In This Emotional Life, David Barlow, Ph.D. said something I loved about our thoughts and catastrophic predictions. He said, "Don't believe everything you think!" Even if they're not true, we tend to believe these thoughts because we're the ones thinking them.

Sitting at the computer on day four, I've completed 4 driving practices so far, 1 social practice and relaxation every day. Here's a quick update!

Day two - I woke up feeling anxious, kind of raw and tired. You know those mornings when you just don't feel like going out there and doing the work. I'm having lots of those as I work through this resistance. Pushing myself, I drove the bridge loop again and made it longer, adding another exit with a smaller bridge that used to be my nemesis!

Feeling really anxious before even starting, I found myself both asking the symptoms to increase and hoping them away at the same time. The first loop was pretty good, but here's something interesting. Because I was feeling so raw, I thought during the second loop, "it's ok if I turn on some music to keep my mind a little distracted. I just need it today. It's no big deal."

Well, that small act of adding a crutch sent a message to my brain that this was more dangerous than previously anticipated. I got to the mid-way point, turned around at the exit and boom, big waves of anxiety were pulsing through my body. My automatic thoughts were, "Uh oh. I'm in trouble here. I'm feeling really bad, I've got my child in the car & I'm going to have to call someone to pick us up on the side of the road."

Then, I remembered the truth. In 14 years of dealing with anxiety, nothing bad has ever happened and fighting only makes it worse. Knowing it was the only way to go, I said again out loud, "Hit me. Come on anxiety - come and get me. I'm not even fighting back. I want to feel adrenaline coursing through my body by the time we hit the bridge." I dropped my shoulders again and even put my right hand out, as if to say, "I give". What else was I going to do?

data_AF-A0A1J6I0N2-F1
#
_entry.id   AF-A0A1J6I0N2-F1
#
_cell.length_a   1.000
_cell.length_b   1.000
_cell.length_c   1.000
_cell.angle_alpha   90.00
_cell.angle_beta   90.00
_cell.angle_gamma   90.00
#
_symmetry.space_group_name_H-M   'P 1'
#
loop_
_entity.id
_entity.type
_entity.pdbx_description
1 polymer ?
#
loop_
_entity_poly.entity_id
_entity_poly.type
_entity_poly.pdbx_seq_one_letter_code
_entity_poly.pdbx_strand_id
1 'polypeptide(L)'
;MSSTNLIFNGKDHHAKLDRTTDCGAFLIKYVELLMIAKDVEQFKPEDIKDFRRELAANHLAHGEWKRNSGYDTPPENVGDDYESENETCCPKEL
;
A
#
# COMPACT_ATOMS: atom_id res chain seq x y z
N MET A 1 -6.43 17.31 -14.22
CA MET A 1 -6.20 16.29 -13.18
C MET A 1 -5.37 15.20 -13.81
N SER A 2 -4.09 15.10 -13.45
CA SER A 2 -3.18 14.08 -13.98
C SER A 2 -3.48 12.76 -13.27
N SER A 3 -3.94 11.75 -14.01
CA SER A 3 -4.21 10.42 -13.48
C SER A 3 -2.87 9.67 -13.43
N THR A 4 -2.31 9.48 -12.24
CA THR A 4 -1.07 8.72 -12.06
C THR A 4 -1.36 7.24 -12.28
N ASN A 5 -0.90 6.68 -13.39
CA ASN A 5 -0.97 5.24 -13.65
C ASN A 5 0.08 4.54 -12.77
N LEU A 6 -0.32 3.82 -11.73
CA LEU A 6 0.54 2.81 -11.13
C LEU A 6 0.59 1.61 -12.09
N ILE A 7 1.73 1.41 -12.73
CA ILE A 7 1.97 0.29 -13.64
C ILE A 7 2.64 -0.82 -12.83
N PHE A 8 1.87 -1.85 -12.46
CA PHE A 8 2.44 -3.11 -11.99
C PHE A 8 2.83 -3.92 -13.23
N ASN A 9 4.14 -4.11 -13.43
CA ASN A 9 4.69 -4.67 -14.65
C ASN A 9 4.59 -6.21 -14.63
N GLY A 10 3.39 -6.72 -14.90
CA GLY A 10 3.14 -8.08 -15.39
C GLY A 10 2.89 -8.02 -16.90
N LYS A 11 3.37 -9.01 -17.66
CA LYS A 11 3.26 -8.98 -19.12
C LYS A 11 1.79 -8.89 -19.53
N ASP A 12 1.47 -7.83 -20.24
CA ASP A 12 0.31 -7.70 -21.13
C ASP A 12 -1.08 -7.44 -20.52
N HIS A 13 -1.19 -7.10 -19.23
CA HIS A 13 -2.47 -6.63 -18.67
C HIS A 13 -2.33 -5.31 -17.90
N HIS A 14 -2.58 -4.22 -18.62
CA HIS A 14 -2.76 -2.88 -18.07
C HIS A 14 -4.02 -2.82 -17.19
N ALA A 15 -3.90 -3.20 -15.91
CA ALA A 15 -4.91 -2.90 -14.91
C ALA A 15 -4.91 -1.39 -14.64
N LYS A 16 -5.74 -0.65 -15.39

Making my way across the bridge, looking over the water and city skyline, I continued to feel strong physical sensations, like I was buzzing with adrenaline. However, when I dropped my guard, I was able to step back and notice that even though it was uncomfortable, the symptoms weren't getting worse, I was driving very well and everything was alright. I felt like this was good practice, what I need to be doing every day.

At this point, I really should have done a third loop to cement the learning. And, this sounds like an excuse, but my 2 year old was getting a little tired of looking for trucks and birds as we went "Sunday driving". This is one of the challenges of finding ways to fit this work into our daily lives.

I tell you what . . . this feels like I'm training for a marathon some days. We are biologically wired to protect ourselves from these feelings, even if they are irrational. Dropping the resistance and choosing to feel it all is exhausting work. When I did my first triathlon, I competed while wearing my "Team in Training" singlet. I think those of us out there doing exposure work should be wearing a team shirt that says, "Brain in Training"!

If you're joining me for 30 days of exposure, here's a great read (very short) about how to know if you're succeeding. I know that I'm not doing all these things regularly, but it's a good reminder of where to set our compass.

Monday, January 4, 2010

Day One - Getting Started

Today's practice was a 10 mile loop over the downtown bridge and back, which I did three times in a row. The practice was pretty typical: I felt most anxious the first time and was almost bored with it by the third. What helped the most were the paradoxical techniques of asking anxiety symptoms to increase, purposefully repeating anxiety provoking phrases, and dropping my guard. Knowing intellectually that nothing bad ever happens, I physically dropped the tension in my shoulders and said outloud, "Hit me. Come on. Give you your best shot. I can handle it."

I felt hopeful as I finished up that practice, the sun was shining and I thought of all the opportunities in life when anxiety does not rule decision making. I love that dreamy space where everything is a possibility. I even dreamed of the article I'd write after these 30 days are over when I'm feeling so much better.

As evening finds me anxious and tense again, obsessing on how I'm always going to feel this way, I'm trying to remind myself that this is what I expected. There would be no challenge if it was easy from the beginning. Long term conditioning will take a while to reverse. It's normal to be worrying that tomorrow and the days to follow won't be as smooth; that I won't be able to take on harder challenges. But, that's ok. I expected that and can handle whatever arises.